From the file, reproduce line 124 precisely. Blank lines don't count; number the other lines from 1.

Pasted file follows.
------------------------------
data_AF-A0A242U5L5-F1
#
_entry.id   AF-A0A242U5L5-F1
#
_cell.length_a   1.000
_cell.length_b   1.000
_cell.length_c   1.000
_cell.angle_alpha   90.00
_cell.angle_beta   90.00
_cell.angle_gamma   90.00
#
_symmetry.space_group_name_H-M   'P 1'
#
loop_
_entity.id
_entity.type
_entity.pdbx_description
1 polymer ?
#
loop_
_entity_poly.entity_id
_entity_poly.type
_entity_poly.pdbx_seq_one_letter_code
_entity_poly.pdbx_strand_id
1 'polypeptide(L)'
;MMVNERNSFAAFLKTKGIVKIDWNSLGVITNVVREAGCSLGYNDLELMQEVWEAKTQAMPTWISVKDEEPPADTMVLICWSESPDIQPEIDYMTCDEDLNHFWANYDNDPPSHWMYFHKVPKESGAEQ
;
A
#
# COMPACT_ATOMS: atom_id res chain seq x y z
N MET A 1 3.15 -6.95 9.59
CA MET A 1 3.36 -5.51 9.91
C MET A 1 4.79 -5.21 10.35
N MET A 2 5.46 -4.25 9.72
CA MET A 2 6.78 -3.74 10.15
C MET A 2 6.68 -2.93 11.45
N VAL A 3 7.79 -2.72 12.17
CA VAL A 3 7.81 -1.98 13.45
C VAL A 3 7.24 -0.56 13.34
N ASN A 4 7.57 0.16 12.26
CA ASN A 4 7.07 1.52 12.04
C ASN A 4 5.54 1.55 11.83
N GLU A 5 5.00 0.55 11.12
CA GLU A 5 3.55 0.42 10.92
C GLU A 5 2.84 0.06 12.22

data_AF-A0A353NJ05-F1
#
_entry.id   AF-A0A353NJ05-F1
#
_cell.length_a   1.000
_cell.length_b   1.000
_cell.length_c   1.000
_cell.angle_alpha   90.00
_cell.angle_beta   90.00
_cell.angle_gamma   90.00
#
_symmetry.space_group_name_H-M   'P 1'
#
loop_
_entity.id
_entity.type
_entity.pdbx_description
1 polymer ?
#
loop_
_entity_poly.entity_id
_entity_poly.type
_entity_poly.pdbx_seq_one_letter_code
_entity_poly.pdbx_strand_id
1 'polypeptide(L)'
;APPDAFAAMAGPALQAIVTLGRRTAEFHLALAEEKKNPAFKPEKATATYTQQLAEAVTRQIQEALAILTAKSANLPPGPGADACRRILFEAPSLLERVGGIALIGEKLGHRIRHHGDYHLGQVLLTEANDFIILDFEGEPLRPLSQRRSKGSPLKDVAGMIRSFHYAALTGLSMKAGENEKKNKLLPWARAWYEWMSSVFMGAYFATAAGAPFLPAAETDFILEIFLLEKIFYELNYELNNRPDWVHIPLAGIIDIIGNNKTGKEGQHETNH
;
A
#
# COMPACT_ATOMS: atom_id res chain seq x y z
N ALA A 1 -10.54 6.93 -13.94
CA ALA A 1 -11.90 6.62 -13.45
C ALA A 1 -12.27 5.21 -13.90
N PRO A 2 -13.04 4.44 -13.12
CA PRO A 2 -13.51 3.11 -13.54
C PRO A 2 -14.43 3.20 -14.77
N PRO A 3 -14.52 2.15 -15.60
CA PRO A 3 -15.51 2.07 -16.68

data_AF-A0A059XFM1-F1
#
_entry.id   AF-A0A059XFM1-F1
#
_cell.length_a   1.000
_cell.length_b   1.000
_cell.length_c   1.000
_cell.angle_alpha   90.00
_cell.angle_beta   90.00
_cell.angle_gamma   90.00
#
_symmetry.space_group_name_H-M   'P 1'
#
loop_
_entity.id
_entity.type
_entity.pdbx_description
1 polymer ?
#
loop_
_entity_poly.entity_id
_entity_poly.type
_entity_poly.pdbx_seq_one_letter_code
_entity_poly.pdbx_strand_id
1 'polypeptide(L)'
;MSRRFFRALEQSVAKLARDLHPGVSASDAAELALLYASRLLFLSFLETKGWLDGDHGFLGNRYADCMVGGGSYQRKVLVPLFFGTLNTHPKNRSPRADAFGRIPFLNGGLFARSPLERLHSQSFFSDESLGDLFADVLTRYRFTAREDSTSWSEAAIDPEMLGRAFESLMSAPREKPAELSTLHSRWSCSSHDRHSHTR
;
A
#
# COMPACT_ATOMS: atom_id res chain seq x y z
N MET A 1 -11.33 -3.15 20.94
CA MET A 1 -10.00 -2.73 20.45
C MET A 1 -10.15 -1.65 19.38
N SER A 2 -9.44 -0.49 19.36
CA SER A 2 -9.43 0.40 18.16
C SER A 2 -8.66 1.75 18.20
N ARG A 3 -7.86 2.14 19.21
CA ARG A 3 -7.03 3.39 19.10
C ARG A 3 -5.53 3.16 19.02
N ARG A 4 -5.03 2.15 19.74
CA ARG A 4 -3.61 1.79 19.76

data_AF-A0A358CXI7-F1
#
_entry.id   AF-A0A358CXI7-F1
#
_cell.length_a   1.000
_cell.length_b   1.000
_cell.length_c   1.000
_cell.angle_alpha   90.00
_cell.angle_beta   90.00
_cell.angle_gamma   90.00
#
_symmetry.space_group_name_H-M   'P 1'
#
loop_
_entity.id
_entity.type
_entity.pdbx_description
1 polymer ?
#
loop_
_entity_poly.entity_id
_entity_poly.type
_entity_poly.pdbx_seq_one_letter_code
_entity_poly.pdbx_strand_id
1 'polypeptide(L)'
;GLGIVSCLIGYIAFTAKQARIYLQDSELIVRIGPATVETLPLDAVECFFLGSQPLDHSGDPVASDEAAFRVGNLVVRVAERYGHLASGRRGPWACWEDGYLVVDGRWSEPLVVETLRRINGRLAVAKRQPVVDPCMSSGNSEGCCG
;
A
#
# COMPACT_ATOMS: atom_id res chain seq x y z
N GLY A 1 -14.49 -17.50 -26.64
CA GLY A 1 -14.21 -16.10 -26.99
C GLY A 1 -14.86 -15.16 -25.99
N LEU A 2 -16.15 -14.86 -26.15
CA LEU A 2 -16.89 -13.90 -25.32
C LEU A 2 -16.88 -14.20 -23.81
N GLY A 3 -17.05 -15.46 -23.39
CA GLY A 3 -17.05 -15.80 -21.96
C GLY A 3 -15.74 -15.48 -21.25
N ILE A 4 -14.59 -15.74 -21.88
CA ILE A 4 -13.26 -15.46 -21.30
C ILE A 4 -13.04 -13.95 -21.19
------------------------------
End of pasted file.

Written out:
CA ARG A 4 -3.61 1.79 19.76